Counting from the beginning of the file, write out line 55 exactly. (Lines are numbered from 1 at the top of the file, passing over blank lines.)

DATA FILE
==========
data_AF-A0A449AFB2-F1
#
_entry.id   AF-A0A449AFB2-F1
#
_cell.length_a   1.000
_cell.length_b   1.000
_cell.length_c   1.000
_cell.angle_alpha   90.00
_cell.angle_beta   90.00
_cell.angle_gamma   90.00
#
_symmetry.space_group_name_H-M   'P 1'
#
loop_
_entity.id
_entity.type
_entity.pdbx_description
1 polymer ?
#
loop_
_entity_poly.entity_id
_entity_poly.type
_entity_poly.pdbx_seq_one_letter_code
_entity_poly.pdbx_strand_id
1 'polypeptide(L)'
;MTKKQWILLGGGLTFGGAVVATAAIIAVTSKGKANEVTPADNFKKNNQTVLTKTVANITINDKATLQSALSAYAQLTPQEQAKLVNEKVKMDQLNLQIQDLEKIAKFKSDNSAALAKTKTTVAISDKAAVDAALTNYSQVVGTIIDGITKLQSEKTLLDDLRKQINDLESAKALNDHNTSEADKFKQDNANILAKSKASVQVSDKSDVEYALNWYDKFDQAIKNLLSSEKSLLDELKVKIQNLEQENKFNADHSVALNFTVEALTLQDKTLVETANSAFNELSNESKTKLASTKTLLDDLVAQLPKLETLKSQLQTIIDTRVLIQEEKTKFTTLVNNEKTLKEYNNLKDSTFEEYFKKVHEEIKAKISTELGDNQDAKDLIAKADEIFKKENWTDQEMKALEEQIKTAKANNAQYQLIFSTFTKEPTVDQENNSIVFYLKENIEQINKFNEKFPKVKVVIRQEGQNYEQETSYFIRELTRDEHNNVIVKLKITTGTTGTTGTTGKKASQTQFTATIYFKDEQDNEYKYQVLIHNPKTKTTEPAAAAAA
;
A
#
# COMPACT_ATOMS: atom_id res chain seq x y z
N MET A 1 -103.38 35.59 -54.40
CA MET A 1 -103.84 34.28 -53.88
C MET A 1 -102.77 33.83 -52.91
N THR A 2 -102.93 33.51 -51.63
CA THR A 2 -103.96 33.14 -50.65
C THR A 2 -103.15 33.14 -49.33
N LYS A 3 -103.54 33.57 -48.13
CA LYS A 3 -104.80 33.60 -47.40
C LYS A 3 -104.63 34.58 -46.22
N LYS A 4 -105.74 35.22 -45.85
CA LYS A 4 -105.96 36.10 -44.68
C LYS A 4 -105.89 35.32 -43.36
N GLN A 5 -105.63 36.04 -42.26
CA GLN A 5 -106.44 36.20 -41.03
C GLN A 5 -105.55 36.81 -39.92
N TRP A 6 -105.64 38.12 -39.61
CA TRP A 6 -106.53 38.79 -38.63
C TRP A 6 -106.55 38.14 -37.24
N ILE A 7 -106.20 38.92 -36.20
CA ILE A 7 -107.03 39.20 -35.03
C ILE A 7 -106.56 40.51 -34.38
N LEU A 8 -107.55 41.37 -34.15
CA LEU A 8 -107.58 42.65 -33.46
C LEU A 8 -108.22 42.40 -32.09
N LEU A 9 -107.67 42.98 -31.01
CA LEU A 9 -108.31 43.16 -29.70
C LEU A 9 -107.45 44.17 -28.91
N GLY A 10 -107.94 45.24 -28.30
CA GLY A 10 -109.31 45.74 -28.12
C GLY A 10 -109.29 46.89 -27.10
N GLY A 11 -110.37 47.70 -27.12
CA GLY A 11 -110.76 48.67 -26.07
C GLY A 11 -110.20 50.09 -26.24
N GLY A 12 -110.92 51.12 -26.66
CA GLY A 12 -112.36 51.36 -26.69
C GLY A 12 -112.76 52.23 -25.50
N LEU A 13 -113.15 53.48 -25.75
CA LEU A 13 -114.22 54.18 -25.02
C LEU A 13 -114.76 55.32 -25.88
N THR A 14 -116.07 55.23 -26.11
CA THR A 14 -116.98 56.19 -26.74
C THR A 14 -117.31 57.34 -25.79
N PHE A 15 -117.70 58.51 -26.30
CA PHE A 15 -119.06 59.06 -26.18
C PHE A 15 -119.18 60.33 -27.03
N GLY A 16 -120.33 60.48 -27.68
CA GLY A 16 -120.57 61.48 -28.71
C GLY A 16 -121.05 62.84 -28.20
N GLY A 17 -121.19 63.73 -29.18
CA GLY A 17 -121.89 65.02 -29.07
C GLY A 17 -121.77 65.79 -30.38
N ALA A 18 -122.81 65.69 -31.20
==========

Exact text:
N LEU A 9 -107.67 42.98 -31.01